As with any suspected filesystem corruption, the first thing you have to do is check the filesystem. For ext2/3/4 filesystems, the normal tool for doing this is
e2fsck, a particular form of fsck.
This utility should be installed by default on any GNU/Linux system. The catch is that you need to unmount the filesystem in order to check it.1 With regard to the Raspberry Pi, this probably means you will have to take the SD card out and put it in another computer and do the check from there.
If you do not have another linux box to use, create a live CD -- most distro install disks currently function as such, I think -- or use a virtual machine implementation such as VMware or VirtualBox, with which you can run a linux system within OSX or Windows.
There are many explanations of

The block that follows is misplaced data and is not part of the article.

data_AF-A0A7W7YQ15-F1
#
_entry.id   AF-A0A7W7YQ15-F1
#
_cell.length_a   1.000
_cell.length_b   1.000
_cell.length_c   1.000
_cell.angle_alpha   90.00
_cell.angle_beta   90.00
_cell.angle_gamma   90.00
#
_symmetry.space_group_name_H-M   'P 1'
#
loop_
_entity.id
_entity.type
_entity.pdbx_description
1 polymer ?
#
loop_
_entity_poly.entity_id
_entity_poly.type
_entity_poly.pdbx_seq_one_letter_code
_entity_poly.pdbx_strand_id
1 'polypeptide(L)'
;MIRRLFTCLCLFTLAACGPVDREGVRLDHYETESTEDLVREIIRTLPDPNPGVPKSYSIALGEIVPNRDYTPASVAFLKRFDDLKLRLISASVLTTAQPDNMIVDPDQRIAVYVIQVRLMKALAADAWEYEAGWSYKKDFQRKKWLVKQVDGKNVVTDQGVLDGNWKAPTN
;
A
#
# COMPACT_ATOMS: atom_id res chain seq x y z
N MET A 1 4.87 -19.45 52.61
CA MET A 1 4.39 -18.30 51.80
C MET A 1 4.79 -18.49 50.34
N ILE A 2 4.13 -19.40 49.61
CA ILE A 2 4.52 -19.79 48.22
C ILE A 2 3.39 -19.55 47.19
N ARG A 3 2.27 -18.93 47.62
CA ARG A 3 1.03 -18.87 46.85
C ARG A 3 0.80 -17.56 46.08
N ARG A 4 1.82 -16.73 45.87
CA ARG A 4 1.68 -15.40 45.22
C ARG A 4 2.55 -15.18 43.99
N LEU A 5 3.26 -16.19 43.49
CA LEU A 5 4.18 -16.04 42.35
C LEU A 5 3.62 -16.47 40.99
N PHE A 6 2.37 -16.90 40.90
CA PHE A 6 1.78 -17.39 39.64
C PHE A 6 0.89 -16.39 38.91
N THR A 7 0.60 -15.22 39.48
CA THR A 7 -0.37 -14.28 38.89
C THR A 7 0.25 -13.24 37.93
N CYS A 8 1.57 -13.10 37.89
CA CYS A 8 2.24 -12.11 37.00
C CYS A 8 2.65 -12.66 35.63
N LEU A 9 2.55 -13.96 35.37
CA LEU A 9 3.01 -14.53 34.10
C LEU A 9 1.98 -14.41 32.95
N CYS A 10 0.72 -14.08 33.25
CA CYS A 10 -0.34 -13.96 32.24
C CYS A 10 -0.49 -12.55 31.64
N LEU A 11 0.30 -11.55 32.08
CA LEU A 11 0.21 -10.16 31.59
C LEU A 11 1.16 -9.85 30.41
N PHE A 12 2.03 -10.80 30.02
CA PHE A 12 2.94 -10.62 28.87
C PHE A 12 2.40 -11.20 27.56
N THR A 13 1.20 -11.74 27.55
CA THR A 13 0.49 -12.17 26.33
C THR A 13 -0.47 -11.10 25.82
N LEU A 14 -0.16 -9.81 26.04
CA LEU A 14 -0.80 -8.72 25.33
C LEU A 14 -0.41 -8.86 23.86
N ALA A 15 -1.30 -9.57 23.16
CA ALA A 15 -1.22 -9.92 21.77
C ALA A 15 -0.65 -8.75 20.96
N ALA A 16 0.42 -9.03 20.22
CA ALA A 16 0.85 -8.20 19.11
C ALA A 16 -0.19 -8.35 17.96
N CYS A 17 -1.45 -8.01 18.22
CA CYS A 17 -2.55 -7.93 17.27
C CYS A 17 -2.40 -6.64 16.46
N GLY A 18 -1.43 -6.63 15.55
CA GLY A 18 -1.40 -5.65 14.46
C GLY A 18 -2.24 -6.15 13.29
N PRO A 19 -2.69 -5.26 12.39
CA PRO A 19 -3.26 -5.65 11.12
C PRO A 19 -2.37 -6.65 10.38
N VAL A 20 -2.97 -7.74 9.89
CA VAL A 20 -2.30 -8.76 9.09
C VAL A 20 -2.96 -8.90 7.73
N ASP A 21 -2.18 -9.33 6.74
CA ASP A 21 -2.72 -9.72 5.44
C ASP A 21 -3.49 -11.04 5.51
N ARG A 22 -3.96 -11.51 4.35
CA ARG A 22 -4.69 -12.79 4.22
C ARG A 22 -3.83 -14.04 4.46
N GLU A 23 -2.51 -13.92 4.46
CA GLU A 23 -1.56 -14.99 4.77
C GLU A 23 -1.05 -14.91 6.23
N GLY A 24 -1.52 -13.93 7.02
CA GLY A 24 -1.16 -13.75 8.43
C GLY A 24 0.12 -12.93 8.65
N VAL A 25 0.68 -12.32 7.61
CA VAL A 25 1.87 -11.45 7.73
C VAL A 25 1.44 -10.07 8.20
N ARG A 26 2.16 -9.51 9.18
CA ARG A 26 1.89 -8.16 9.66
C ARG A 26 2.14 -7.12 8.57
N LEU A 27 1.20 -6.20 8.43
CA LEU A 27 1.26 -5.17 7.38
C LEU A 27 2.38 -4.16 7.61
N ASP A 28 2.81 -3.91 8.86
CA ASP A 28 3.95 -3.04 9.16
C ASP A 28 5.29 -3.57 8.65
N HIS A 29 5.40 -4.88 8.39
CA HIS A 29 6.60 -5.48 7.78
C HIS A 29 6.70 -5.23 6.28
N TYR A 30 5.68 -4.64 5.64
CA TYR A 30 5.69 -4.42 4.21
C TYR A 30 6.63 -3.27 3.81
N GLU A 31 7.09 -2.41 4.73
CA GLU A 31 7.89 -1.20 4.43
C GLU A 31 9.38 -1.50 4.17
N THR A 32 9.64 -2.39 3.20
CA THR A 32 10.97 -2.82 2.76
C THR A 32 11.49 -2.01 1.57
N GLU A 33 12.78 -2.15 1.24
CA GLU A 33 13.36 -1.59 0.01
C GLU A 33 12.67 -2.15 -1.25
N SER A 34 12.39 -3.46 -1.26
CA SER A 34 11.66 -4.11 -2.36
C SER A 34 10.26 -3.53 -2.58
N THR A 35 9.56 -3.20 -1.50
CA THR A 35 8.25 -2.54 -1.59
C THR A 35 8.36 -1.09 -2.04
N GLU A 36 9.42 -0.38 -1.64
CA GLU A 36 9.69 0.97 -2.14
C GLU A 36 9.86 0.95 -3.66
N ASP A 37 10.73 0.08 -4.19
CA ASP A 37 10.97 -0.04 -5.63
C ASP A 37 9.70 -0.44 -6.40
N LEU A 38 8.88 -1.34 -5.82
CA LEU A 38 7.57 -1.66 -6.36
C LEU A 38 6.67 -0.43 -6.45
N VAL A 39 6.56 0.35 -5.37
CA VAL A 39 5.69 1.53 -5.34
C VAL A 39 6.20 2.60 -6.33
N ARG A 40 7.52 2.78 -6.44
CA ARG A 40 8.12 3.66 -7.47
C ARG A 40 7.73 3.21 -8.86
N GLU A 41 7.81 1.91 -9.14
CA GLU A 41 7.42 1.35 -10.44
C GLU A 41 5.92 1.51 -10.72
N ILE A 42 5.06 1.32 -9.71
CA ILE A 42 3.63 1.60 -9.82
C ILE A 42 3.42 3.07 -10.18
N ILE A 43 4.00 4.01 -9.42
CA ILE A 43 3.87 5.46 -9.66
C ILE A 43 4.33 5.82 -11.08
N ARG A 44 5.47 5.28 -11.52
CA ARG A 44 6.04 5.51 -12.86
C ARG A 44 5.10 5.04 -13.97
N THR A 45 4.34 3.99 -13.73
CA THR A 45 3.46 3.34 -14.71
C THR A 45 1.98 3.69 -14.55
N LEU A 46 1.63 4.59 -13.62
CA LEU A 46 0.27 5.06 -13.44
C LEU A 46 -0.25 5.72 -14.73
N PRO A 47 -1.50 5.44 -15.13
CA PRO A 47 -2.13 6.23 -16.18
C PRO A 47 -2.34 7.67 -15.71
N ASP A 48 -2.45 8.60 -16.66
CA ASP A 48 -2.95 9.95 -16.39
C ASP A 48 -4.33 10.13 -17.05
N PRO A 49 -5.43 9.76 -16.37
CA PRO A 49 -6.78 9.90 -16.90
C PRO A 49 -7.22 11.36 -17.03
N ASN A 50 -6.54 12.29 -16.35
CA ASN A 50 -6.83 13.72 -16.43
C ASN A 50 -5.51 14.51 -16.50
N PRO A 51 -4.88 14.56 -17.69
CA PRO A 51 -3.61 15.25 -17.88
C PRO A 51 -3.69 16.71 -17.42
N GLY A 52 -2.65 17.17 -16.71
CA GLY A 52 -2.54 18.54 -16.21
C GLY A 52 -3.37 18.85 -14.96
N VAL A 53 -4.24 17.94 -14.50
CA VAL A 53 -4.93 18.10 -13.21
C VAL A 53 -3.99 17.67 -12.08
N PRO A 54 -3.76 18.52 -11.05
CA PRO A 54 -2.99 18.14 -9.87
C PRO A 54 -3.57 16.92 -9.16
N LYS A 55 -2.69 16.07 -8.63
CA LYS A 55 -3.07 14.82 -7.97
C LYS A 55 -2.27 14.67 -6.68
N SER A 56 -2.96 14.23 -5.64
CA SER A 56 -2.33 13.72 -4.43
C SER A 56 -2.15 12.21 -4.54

e2fsck online as well as a man page. You may want to try and back stuff up off the partition first, if possible, if you haven't kept it so already, as the repair may result in lost files. By "stuff" I do not mean the entire partition, just your own data.
If you want to skip all the "Should I fix this?" questions from fsck (which may be copious), use
sudo e2fsck -y /dev/sdb2
Remeber, it's the second partition on most pi cards, such as Raspbian, that is the root filesystem. You should probably check the first one as well, with
If the repair succeeds but there were a lot of questions, there may have been data loss meaning stuff may still not work. Also look in the
lost+found directory on the partition, which will contain unidentified file fragments from lost data.
1. This is not quite true -- you can force it to work on an fs remounted read-only. The problem with that is if the filesystem is sufficiently corrupted (such that
sudo doesn't work), it could effect the functionality of fsck, and it also can create problems if the filesystem needs repair.